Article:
"Fresh" off the sheep. Many fiber artists prefer to buy wool unwashed, because they have unique ways of preparing it so it will be suited to their projects, and personal style.
After a sheep is shorn, the wool will often go through any numbers of processes, such as washing, carding, roving, spinning, to create battings, yarn, and other items. It may go directly into felting or weaving.
Handspinning takes special focus, dexterity, and creativity. Much of the yarn we purchase over the counter is machine processed.
Handspun yarn, however, is unique to each spinner, from their choice of fiber combinations - wool from various types of animals, other fibers, and their own personal techniques and imaginations. Every skein is an original work of art!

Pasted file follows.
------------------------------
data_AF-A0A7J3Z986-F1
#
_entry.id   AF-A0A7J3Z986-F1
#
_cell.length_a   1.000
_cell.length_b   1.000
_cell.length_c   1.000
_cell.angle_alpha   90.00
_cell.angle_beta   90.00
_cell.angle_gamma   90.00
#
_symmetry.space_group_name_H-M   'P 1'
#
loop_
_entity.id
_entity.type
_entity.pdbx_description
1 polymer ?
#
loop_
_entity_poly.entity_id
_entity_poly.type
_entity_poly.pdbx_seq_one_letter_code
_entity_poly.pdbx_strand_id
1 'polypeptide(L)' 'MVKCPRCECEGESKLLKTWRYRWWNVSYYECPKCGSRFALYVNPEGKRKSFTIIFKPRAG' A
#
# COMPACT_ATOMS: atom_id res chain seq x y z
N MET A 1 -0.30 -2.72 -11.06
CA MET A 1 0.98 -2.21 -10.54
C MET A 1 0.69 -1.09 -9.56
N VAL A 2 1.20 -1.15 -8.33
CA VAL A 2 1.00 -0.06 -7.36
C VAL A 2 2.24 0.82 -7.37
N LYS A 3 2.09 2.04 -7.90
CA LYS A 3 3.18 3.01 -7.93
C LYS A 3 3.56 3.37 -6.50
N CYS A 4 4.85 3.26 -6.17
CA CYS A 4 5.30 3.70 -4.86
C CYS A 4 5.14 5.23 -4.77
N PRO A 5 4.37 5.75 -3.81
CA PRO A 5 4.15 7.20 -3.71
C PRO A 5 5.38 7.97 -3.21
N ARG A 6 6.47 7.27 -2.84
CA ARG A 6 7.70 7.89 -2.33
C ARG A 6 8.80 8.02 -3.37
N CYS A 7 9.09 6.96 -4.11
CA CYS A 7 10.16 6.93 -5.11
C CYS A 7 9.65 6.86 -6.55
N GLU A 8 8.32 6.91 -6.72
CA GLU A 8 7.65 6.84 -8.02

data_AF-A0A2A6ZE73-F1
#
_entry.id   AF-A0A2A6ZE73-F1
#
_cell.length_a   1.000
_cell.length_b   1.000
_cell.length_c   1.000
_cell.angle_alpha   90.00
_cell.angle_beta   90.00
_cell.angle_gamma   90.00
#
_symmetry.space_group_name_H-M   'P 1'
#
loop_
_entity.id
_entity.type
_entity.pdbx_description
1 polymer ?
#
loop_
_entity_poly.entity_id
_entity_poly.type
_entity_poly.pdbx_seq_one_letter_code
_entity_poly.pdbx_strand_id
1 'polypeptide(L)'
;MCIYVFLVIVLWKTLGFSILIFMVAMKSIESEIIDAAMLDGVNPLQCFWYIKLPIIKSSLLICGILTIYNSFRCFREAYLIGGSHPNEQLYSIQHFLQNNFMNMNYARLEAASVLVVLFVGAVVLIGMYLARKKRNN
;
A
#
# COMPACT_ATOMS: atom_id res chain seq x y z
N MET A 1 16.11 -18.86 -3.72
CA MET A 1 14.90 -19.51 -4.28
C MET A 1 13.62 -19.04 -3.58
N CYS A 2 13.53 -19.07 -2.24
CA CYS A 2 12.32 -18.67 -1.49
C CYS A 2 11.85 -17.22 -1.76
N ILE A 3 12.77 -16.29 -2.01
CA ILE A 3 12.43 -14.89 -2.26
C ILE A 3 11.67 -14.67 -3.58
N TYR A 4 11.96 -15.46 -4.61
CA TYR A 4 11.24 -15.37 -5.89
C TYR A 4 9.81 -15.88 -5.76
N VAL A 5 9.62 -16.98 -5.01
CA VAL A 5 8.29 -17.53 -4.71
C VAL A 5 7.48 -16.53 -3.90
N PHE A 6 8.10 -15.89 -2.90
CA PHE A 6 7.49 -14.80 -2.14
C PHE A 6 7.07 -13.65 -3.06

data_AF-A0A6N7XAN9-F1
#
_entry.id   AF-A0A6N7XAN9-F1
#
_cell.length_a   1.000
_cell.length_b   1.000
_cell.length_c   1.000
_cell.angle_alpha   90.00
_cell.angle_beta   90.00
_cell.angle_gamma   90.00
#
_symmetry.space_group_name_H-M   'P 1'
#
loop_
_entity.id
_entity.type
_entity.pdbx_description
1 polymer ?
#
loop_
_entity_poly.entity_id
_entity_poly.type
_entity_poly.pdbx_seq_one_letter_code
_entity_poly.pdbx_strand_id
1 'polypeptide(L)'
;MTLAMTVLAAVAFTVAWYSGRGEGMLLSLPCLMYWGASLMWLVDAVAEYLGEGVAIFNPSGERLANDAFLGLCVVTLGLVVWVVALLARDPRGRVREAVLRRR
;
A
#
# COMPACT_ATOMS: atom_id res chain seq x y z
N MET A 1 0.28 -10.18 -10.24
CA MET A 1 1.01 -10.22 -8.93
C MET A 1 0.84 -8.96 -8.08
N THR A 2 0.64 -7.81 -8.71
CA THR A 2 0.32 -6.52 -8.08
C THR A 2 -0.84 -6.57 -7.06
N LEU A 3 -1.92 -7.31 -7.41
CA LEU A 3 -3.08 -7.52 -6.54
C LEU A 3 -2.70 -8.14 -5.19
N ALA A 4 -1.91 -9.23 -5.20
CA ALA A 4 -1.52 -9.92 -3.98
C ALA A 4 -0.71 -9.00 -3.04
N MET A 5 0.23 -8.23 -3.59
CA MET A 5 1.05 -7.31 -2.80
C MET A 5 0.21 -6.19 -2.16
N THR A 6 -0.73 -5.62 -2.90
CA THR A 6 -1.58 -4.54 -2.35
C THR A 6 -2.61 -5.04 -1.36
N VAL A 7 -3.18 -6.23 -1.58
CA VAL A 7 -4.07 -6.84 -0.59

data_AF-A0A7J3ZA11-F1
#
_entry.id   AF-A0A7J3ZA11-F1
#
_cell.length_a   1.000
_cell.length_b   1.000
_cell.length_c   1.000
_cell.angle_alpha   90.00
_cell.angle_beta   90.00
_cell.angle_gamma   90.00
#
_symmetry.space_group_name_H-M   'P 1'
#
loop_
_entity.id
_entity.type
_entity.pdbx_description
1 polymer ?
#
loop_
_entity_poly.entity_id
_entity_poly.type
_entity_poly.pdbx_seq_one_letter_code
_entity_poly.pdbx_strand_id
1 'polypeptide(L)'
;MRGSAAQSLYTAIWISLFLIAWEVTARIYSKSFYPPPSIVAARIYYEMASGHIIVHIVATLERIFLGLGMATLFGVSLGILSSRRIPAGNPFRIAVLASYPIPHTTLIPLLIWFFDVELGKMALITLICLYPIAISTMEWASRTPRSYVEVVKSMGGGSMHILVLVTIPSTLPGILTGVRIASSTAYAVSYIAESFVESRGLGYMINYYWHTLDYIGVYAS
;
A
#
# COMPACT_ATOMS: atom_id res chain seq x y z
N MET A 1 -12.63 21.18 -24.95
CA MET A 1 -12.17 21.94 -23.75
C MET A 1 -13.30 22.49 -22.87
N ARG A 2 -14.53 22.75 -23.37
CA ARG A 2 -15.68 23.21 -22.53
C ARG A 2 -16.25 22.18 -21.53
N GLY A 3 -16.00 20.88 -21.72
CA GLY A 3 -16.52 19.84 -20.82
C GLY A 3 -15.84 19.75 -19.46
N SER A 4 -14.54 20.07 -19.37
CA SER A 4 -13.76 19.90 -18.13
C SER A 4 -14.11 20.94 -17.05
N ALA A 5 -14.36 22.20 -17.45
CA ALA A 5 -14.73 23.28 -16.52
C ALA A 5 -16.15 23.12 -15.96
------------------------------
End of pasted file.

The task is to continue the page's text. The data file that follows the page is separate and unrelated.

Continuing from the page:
Rugs, blankets, wall hangings, coats, shawls, purses, pot holders, placemats - weavings are everywhere! There are many techniques, tools, materials, and creative ways to weave.
Looms like the one pictured are common, it's a "rigid heddle" loom. There are many types and sizes of looms, they range from simple to complex. And yet, not all weaving is done on looms.
Felting is a really neat fiber art, with a broad spectrum of creations from fun crafts to gorgeous wearables.
The picture shows an infinity scarf made using a technique Nuno felting, a type of "wet felting." It's a process of laying thin layers of raw wool and/or other fibers onto a chosen backing, spraying them with soapy water, then rubbing, mashing, smacking the fibers together - it can get pretty messy - but wool rubbing against itself creates felt! There's more to it than that, but that's the essence.